Music as product – where do we go from here?

I’m not sure whether music can be called as product. But what I do know is that I’m a consumer of music, and as a consumer I like to have some degree of choice over where I obtain music, what I pay for it (if anything), and what I can do with it once I own it.

The main models of obtaining music are:

1/ Going to a record shop and buying CDs or vinyl. I do this one very rarely, largely because it is usually the most expensive.

2/ Buying the same records or CDs online (usually from Amazon). This was my main method of buying music until I ran out of space to store it.

3/ Paying a set amount of money per album or per song to download DRM protected files (usually from iTunes in my case). It’s convenient, usually cheaper than buying a CD, but there are issues regarding what can and can’t be done with the music afterwards. I’ve bought a fair bit this way, but will probably not buy much more as my Mac (the only computer I use iTunes on) nears the end of it’s life.

4/ As 3, but without the DRM. I’m currently trying out emusic.com as an alternative to iTunes, and they certainly have enough music I want to make my 2 week trial worthwhile and possibly to consider a subscription. The only downside is that you pay £10.99 a month whether you download songs or not. I don’t ever see myself not downloading music, but you never know.

5/ As 3, but without the DRM or the cost. This covers sites like Jamendo, and artists who release on a “pay what you like” model. I’m a big fan of this, but not everyone I like does it, and I need more than this sometimes (although did download only free music for 2 months earlier this year and did not die or explode).

6/ Peer-to-peer sharing of music files (or copying music for friends). It’s a valid option, but not something I do a great deal of in general or would like to condone too much.

I’ve done all of these in the past, and I think a happy medium is probably the way forward. As is getting a very large hard drive to store music on before I actually run out of space. 160gb sounded like a lot 3 years ago, but if I continue to acquire digital music at the rate I am then I’ll run out of space in months rather than years.

Severed Fifth – Denied by Reign

Severed Fifth is the musical alter-ego of Jono Bacon (a name that might be familiar to many Linux users). The album is available from here (various formats), and while it is proper metal, it is also oddly melodic in places. I think if I’d not weaned myself back on to this sort of music with the new Metallica album then I’d hate this. As it is, I think I actually quite like it and would recommend it to anyone who likes their metal fast and loud.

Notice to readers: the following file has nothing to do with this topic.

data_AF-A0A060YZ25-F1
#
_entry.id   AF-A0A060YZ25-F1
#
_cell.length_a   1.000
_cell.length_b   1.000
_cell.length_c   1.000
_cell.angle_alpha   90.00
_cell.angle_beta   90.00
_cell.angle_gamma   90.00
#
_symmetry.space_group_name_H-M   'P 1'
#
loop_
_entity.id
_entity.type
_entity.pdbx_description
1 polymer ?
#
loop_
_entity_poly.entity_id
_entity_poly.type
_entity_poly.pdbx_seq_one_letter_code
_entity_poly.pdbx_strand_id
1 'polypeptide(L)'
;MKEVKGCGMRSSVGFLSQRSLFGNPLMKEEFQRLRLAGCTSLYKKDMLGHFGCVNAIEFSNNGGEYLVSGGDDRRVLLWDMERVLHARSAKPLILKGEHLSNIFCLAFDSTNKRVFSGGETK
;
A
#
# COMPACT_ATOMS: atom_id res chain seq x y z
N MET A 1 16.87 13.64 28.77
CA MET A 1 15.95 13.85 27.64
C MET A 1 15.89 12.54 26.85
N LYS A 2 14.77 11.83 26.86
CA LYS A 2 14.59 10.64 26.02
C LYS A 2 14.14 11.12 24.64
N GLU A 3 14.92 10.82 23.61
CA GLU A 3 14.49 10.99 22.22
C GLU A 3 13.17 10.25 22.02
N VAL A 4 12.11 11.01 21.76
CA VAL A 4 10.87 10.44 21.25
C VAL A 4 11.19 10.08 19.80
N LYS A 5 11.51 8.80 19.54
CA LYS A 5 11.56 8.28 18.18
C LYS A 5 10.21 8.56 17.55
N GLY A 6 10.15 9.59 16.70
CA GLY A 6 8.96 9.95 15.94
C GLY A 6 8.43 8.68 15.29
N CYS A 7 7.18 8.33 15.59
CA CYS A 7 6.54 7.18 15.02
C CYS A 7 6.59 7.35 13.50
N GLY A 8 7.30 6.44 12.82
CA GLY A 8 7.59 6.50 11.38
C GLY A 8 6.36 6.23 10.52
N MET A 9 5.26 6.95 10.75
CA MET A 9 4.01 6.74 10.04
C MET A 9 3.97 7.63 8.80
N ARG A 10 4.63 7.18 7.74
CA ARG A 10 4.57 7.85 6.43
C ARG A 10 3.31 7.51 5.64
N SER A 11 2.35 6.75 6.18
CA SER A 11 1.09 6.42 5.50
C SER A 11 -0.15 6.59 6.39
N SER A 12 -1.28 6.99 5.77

Microblogging as a promotional tool

I’ve been thinking recently about how we (and by we I mean anyone involved in any activity they wish to promote) can get information to the largest number of appropriate people, with the least amount of effort. This interests me because I’m involved in a fair few activities which would benefit from further participation, which will only happen if people know they exist. Software projects need developers and testers, LARP games need players and musicians need people to listen to their music, or at least to know they exist.

My current area of interest is looking at the interoperability of various social networking and microblogging sites, with a view to making the right information available to the right people instantly. Twitter and Facebook are both very good at this in different ways, but there is also a lot of scope to integrate microblogging within a more traditional blogging environment such as Livejournal or WordPress, which can also reach people who might not normally ever consider signing up to Twitter.

I think having a good web presence is so important, and so vital in recruiting and retaining other like minded individuals. And now we have the tools at our disposal we should be using them, right?